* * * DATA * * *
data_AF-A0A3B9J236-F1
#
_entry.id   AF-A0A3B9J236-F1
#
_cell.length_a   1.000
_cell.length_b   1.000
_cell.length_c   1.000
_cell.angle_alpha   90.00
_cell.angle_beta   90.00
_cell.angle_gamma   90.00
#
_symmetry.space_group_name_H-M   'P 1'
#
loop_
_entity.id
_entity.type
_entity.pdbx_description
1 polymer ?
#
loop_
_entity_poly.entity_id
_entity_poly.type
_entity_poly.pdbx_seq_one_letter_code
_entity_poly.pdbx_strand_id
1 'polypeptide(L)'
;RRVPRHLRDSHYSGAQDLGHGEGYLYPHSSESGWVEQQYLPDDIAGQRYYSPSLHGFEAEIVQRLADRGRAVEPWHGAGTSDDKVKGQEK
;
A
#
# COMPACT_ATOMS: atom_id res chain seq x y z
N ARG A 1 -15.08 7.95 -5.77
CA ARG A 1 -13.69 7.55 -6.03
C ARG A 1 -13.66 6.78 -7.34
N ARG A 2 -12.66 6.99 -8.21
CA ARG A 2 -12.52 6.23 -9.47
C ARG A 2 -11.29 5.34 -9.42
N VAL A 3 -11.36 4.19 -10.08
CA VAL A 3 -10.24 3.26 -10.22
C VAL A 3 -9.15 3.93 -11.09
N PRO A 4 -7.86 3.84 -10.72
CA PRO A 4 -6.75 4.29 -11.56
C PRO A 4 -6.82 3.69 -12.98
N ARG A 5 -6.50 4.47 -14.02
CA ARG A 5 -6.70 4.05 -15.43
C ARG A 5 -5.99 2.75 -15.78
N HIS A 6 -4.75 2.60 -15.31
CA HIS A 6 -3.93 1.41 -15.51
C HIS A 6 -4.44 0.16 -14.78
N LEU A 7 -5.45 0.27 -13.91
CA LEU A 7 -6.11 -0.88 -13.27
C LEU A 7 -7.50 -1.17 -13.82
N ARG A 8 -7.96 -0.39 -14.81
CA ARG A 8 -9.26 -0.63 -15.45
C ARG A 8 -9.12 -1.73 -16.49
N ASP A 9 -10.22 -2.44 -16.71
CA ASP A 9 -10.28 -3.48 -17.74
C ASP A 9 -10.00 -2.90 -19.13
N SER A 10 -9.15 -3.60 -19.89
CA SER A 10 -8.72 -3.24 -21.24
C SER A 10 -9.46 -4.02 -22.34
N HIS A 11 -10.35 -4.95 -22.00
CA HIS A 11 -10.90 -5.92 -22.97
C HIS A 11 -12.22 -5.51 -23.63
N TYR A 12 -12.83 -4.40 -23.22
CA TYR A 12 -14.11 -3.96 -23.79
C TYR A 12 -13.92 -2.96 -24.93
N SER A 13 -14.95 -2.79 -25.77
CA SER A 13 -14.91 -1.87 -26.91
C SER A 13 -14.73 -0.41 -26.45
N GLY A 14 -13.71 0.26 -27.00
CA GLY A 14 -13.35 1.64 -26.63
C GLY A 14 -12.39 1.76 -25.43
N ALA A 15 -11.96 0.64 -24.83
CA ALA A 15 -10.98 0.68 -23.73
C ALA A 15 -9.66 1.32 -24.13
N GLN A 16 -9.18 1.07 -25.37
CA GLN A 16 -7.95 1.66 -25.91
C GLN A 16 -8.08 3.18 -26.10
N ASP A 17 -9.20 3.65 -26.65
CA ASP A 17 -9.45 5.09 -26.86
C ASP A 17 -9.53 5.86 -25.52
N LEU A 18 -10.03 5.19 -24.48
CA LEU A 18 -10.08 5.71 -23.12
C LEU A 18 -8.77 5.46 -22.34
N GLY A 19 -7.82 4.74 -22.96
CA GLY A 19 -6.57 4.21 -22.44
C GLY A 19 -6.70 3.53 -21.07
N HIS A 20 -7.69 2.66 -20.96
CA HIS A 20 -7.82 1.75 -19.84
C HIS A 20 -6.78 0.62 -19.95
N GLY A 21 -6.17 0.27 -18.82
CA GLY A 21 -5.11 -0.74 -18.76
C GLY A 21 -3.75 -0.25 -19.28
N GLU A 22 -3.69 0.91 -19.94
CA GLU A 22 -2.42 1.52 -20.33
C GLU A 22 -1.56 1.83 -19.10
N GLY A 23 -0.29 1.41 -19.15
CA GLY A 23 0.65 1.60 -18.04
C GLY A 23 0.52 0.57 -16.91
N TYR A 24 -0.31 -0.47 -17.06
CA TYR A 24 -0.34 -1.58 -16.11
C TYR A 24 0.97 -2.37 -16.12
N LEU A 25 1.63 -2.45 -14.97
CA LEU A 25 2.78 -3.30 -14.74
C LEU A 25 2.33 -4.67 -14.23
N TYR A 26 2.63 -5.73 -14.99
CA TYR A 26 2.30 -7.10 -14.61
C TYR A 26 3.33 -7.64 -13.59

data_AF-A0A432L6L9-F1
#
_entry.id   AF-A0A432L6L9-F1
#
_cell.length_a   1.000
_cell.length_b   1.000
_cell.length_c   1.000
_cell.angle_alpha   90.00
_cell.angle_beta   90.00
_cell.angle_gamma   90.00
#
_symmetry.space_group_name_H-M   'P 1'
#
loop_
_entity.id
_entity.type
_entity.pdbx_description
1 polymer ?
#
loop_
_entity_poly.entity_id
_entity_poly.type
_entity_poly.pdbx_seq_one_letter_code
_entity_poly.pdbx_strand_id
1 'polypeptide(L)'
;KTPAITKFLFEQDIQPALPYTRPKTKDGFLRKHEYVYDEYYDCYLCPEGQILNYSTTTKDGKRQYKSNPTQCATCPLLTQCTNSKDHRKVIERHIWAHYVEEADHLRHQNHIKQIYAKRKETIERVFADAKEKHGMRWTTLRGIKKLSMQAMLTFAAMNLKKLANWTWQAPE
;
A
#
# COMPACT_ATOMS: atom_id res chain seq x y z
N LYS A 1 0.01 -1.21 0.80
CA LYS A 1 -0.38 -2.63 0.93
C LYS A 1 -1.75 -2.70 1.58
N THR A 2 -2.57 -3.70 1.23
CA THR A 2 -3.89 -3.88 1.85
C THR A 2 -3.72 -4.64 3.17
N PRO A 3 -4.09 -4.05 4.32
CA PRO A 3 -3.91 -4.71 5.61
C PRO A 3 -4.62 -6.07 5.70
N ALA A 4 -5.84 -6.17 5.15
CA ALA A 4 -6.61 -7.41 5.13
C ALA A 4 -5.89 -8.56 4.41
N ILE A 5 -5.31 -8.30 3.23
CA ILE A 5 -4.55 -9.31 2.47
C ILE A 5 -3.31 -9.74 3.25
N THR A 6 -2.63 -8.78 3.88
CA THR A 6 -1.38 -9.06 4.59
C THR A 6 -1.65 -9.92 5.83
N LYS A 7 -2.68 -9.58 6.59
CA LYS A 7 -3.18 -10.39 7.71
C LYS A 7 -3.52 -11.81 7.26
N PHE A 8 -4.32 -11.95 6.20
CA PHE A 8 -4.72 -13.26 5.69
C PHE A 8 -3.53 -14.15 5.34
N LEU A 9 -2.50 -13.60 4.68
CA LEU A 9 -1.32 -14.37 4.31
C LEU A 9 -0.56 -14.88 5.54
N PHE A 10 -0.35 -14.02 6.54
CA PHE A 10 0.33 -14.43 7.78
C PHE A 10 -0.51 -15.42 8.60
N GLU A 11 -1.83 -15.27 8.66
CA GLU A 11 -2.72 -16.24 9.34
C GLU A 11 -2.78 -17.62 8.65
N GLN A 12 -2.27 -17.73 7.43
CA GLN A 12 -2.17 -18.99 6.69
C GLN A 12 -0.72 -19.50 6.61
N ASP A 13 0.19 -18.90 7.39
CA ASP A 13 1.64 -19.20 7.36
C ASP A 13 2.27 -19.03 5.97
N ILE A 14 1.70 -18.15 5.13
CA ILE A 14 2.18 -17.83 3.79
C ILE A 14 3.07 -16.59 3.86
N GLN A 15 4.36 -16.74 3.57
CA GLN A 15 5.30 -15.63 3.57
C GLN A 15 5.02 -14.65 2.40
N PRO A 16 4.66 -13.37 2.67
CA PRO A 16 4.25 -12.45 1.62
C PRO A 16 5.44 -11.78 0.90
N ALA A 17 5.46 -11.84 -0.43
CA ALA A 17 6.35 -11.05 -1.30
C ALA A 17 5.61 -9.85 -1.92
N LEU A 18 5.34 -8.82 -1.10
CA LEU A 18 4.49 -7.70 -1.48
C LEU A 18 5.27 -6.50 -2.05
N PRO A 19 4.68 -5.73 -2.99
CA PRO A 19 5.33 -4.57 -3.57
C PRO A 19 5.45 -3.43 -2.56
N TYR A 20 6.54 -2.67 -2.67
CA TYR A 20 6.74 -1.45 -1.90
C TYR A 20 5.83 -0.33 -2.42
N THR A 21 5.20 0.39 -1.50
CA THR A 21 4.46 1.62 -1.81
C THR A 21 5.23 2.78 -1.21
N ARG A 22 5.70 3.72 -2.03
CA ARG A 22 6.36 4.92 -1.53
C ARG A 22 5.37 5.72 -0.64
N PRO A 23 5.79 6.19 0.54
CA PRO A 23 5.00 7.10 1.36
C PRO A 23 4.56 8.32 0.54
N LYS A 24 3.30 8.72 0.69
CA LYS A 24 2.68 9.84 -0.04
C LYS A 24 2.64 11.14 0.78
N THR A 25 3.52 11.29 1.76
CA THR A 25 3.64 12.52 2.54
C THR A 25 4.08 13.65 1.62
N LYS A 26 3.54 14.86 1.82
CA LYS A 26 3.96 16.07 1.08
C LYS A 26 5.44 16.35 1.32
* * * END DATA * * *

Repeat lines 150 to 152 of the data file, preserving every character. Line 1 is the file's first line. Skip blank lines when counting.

C ALA A 4 -5.89 -8.56 4.41
N ILE A 5 -5.31 -8.30 3.23
CA ILE A 5 -4.55 -9.31 2.47